Category: Blog

Low and Middle Income Tax Offset Now Law

The Federal Government’s Personal Income Tax Plan is now officially law. For 2018/2019 (the financial year just gone) the centrepiece of this plan was an increase to the low and middle income tax offset (LMITO) from a maximum $530 to $1,060. 

Taxpayers with a taxable income:  

  *   of $37,000 or below can now receive a LMITO of up to $255  

  *   above $37,000 and below $48,000 can now receive $255, plus an amount equal to 7.5% to the maximum offset of $1,080  

  *   above $48,000 and below $90,000 are now eligible for the maximum LMITO of $1,080  

  *   above $90,000 but is no more than $126,000 are now eligible for a LMITO of $1,080, less an amount equal to three per cent of the excess.  

With Tax Time 2019 just over a week old, 810,000 individual tax returns have now been lodged, an 88% increase from the same time last year – an increase largely attributable to anticipated refund as a result of the increased LMITO. 

Despite the increase, ATO commissioner Chris Jordan has sought to reassure taxpayers that returns will begin flowing through from the end of this week. 

“We were able to work over the weekend to make changes to our systems once the legislation was passed last week,” Mr Jordan said on Tuesday. 

“All safety nets have been lifted from our processing, so our processing is now working absolutely full bore, 100%.” 

“People do not need to do anything special; they just put their return in, and we will calculate their offsets and money will be hitting people’s bank accounts by Friday this week.” 

Now the law has been passed, you may wish to get your 2018/2019 records to your Tax Agent and instruct them to lodge early rather than in the first part of next year (which is the normal lodgement time if lodging with a Tax Agent). By doing so, all other things being equal, you will bring forward your LMITO entitlement with a potential additional refund of up to $1,080 (subject to the above income limits, and subject to not otherwise having underpaid tax during the year).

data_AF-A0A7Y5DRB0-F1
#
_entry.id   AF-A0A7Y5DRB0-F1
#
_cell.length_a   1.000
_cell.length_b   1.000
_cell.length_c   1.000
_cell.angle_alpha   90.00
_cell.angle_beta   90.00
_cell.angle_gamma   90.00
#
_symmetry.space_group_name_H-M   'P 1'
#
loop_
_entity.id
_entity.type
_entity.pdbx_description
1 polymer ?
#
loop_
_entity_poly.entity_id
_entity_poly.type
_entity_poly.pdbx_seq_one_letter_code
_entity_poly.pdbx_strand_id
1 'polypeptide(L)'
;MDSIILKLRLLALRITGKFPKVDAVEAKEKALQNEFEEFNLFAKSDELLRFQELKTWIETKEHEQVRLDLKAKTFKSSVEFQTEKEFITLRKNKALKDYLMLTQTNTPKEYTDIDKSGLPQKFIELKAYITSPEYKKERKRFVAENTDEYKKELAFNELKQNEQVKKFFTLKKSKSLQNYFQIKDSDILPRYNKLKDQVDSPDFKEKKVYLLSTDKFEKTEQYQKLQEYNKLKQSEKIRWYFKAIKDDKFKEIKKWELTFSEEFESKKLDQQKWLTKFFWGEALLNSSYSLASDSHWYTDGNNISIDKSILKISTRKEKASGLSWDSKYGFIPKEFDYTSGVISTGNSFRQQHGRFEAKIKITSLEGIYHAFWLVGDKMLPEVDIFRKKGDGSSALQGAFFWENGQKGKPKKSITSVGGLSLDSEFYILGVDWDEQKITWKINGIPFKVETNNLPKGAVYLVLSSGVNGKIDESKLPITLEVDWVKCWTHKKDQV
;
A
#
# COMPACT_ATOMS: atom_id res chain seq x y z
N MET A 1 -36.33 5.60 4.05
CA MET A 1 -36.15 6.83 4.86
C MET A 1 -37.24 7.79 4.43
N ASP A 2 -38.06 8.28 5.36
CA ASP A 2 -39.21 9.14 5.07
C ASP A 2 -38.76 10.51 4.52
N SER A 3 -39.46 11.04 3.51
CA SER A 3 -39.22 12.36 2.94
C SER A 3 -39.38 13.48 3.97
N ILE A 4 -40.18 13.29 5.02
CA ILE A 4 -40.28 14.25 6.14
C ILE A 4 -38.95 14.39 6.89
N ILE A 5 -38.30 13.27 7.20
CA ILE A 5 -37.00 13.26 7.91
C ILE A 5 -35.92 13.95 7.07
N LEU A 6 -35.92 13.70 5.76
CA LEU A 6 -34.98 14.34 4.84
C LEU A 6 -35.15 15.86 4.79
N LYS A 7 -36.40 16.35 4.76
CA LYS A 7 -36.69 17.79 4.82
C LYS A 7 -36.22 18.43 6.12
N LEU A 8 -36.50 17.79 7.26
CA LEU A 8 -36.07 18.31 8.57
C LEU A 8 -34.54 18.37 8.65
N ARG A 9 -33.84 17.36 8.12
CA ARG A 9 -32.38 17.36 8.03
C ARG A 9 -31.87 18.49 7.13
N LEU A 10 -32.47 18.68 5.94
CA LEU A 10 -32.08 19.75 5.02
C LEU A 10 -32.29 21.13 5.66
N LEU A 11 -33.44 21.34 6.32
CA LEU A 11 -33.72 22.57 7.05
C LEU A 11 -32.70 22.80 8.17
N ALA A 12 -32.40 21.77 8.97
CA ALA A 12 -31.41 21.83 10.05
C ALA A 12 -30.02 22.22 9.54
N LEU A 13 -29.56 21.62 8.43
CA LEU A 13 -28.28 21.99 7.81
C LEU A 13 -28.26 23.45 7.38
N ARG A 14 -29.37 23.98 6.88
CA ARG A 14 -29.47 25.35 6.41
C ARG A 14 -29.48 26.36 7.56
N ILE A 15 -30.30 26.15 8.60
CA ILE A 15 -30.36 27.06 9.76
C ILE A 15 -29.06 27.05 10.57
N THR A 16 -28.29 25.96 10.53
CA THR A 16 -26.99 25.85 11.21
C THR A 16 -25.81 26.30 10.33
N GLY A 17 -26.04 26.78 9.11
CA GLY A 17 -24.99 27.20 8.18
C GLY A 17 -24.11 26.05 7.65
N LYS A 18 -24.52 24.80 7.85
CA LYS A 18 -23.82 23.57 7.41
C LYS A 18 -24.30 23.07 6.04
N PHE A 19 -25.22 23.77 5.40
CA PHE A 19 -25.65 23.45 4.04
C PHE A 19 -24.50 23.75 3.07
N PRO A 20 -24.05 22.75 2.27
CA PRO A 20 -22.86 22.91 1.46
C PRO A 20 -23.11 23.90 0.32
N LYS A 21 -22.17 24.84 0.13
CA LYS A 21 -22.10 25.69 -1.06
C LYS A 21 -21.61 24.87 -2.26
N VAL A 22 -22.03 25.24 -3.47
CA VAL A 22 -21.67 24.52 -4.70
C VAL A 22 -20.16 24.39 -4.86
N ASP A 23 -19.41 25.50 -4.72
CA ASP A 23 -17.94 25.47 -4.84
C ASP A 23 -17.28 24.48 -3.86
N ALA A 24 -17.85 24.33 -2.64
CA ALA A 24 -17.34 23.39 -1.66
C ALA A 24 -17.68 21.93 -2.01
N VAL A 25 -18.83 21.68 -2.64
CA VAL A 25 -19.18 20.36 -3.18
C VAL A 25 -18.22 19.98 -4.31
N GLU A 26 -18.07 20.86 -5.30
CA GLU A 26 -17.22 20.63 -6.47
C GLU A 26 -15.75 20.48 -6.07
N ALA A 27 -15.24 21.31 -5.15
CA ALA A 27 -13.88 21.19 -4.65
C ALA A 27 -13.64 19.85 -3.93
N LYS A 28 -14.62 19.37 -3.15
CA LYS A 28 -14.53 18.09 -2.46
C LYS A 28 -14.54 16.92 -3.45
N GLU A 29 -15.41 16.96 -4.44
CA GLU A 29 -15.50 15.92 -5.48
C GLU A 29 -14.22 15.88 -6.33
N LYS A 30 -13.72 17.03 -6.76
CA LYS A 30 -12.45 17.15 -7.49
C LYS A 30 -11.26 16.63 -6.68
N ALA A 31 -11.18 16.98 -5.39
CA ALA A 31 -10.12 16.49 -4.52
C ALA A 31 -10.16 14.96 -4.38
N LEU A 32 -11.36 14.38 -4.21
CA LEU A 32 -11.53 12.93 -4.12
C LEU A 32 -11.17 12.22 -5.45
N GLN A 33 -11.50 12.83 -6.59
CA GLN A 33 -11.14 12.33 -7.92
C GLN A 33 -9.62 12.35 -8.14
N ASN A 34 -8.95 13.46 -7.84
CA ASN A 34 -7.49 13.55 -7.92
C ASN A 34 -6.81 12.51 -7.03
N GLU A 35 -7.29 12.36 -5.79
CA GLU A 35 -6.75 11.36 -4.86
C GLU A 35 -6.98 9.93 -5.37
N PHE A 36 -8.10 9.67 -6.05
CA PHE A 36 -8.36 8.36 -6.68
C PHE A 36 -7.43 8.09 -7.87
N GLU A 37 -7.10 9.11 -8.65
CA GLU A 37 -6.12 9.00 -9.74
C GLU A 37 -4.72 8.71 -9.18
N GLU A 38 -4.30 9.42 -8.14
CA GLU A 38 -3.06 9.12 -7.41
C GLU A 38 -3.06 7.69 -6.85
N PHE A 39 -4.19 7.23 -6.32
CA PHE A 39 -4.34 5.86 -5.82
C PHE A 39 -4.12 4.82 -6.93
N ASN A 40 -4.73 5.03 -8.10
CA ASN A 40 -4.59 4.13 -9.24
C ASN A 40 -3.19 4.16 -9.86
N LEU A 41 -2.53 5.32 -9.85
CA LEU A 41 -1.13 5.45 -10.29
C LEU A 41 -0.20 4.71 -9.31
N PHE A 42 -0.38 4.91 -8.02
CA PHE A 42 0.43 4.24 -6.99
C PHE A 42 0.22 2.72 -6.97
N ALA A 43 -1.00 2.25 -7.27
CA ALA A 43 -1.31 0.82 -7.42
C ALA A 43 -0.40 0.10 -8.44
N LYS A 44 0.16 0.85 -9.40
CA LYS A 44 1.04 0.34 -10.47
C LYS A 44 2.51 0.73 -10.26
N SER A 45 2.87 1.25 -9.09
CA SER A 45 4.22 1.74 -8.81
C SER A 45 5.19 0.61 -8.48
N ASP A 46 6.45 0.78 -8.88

If you lodge your own tax return, then remember you do not need to claim the LMITO separately – rather the ATO will process your claim automatically upon lodgement. 

Single Touch Payroll for Micro Employers

If as an employer you are not ready for Single Touch Payroll (STP) don’t panic!   Although 1 July has rolled around, smaller employers (those with less than 19 employees) have three months from this date (until 1 October 2019) to be STP-compliant. Furthermore, no penalties will be imposed during the initial 12 months of STP, therefore there is no need to be worried. 

While for many employers, their STP solution will be to adopt STP-compliant software or outsource their payroll to their registered Accountant or Bookkeeper, many very small employers may be eligible for the micro-employer concessions including: 

  • Reporting quarterly through their registered accountant or bookkeeper for two-years until 30 June 2021 (instead of reporting each time you pay your employees) 
  •  Adopting a free or low-cost, simplified STP solution (as opposed to payroll software). 

Micro employers are those with less than five employees at the time of application. Virtually all employees are counted (including casuals, those on leave, and employees working overseas), however closely-held payees are excluded – namely, family members of a family business, directors or shareholders of a company, and beneficiaries of a trust. 

In the event that a business is currently a micro employer but later no longer qualifies as it puts on extra staff, the ATO adopts a different approach in respect continued eligibility for the above concessions. While eligibility for quarterly reporting will be unaffected by an increase in staff above four, the ATO expects employers to cease using the simplified, low cost STP reporting solutions if they later cease to qualify as a micro employer. This would then generally mean adopting STP-compliant software, or lodging via your registered accountant or bookkeeper.